Who can resist a picture book cover that displays an adorable panda? At first glance, Mrs. Harkness and the Panda written by Alicia Potter and illustrated by Melissa Sweet (Borzoi Book published by Alfred A Knopf, 2012) appears to be a work of fiction. Upon closer examination, one quickly learns that Mrs. Harkness was an extraordinary woman who traveled to China with the intention of bringing a panda back to America.
Her daring travels are easily admired, especially since her excursion took place in the 1930s. After her husband’s unexpected death, Mrs. Harkness decided to take over his Asian expedition. Naysayers condemned her efforts. I could easily relate to the comment, “You’re out of your head.” Far too many people openly told me that I was “crazy” to consider being a middle aged international teacher in a Third World country. Anyone who seeks an adventure will be intrigued by Mrs. Harkness’s unusual story. I certainly was.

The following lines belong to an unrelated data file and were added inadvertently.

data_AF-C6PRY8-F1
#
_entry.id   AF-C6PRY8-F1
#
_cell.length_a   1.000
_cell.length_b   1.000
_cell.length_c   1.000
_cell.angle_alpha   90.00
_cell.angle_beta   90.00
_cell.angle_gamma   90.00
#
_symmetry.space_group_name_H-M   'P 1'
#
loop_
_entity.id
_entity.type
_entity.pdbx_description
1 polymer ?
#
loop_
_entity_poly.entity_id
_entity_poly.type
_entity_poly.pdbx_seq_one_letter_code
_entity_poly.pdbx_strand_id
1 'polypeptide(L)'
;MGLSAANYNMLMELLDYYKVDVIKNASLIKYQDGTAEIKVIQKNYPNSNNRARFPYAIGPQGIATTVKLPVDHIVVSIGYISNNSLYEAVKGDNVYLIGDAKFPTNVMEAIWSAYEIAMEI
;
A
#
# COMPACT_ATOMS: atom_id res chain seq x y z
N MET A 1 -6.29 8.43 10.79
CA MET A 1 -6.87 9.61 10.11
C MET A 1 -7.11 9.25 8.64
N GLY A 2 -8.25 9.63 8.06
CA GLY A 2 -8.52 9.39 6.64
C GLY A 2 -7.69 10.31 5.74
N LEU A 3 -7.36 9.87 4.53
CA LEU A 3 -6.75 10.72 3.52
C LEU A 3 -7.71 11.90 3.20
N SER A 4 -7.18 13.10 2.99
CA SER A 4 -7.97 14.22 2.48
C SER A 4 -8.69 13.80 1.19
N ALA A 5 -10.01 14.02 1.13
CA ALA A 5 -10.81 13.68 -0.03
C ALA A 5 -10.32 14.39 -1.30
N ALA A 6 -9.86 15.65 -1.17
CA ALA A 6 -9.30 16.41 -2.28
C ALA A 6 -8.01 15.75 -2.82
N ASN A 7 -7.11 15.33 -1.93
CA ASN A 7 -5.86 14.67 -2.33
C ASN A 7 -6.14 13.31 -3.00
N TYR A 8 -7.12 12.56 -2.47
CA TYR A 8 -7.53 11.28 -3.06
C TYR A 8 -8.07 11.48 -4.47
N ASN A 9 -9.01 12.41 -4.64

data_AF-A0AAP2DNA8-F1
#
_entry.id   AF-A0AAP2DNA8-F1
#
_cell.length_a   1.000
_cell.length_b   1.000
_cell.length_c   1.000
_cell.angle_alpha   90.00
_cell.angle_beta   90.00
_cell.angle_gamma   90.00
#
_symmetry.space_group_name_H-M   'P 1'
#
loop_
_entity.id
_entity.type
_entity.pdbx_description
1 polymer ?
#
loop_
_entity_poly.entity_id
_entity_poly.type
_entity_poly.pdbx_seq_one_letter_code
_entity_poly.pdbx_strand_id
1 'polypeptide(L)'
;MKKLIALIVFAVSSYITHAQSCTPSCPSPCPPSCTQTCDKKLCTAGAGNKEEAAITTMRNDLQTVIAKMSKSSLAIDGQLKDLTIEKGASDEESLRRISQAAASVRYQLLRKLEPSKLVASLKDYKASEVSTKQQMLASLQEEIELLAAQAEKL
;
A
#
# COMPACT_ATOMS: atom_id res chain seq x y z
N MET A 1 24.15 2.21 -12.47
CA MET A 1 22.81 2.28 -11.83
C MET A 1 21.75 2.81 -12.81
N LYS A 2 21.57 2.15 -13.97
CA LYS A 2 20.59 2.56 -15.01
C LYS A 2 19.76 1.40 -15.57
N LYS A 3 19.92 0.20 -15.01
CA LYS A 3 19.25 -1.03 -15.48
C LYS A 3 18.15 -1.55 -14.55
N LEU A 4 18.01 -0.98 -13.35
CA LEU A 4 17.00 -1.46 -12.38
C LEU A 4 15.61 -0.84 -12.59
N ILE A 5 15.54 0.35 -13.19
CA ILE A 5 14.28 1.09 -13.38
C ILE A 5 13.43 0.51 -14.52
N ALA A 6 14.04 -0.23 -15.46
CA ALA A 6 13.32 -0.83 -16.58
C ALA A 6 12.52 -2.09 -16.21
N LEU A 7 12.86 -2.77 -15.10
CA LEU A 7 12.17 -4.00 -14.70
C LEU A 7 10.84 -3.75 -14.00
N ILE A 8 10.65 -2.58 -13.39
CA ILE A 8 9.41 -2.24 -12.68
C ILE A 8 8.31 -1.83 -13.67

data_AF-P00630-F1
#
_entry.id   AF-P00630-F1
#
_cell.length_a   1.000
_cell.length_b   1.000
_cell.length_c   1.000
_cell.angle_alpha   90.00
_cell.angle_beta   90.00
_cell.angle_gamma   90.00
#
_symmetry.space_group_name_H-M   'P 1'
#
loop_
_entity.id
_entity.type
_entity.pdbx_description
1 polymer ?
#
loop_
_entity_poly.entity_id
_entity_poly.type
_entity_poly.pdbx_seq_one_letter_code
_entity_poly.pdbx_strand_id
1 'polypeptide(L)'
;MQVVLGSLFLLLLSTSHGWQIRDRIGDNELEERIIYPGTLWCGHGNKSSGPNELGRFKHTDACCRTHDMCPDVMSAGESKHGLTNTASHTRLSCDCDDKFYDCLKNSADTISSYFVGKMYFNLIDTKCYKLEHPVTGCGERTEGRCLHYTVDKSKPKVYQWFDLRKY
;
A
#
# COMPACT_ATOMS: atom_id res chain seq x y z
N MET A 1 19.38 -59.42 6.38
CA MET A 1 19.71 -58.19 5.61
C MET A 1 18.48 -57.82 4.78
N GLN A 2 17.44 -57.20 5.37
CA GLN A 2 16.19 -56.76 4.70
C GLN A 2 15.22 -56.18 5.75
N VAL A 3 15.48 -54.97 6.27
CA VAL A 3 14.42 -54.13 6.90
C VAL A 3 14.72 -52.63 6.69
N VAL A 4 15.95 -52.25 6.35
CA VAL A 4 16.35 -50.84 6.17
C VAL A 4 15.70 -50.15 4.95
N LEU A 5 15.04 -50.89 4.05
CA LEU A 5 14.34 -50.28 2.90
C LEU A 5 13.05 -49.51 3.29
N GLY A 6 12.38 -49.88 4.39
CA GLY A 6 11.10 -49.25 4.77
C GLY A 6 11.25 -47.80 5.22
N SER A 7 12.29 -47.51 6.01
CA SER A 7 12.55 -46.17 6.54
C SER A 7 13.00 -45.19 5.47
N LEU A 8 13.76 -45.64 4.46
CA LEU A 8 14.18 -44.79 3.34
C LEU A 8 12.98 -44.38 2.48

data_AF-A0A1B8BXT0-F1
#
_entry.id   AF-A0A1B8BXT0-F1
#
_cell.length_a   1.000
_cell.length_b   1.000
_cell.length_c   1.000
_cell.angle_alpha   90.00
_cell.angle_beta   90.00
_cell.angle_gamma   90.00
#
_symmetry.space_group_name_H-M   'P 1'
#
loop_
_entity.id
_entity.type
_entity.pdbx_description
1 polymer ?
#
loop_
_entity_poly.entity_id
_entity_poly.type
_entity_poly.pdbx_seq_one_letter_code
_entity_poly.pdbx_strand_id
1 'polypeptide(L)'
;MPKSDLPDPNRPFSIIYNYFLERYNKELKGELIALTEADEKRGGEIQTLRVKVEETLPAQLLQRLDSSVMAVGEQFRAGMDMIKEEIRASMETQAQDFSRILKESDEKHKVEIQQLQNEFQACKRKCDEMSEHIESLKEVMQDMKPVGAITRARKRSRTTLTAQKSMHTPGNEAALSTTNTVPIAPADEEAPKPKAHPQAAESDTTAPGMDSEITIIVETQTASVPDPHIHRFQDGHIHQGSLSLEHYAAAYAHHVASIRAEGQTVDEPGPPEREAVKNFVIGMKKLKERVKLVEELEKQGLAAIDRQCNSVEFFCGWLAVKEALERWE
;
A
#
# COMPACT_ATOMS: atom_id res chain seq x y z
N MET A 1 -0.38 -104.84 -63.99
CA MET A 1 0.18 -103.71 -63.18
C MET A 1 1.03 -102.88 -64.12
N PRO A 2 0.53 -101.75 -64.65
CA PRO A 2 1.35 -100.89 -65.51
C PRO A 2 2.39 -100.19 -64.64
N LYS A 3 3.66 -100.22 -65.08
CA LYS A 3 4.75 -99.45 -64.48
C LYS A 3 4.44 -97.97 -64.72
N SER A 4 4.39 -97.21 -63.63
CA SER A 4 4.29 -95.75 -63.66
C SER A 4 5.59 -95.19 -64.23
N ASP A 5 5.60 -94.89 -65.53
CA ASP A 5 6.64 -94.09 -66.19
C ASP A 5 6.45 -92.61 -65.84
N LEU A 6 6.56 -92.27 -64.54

Alicia’s descriptions and Melissa’s illustrations enable the reader to feel part of the journey. Maps, lists of supplies, copies of newspaper headlines, photographs, and colorful illustrations enhance the telling of the story. At a time when few American women had notable roles outside their homes, Mrs. Harkness’ tale adds another layer to American life during the Depression. Simultaneously, readers will get a glimpse of Chinese culture and question whether animals should be held in captivity. Sadly, the panda bear, Su Lin, died a couple years after it was brought to the United States. A Chronology of Events, an Author’s Note and a selected biography provide additional information.
- Role of women in the 1930s
- Zoology and conservationists
- Animals living in the wild vs. in zoos
- Biographies in picture book format-Ruth Harkness
- Do biographies always tell the whole story?
- Creating personal timelines
- Are picture books an effective way to introduce biographies?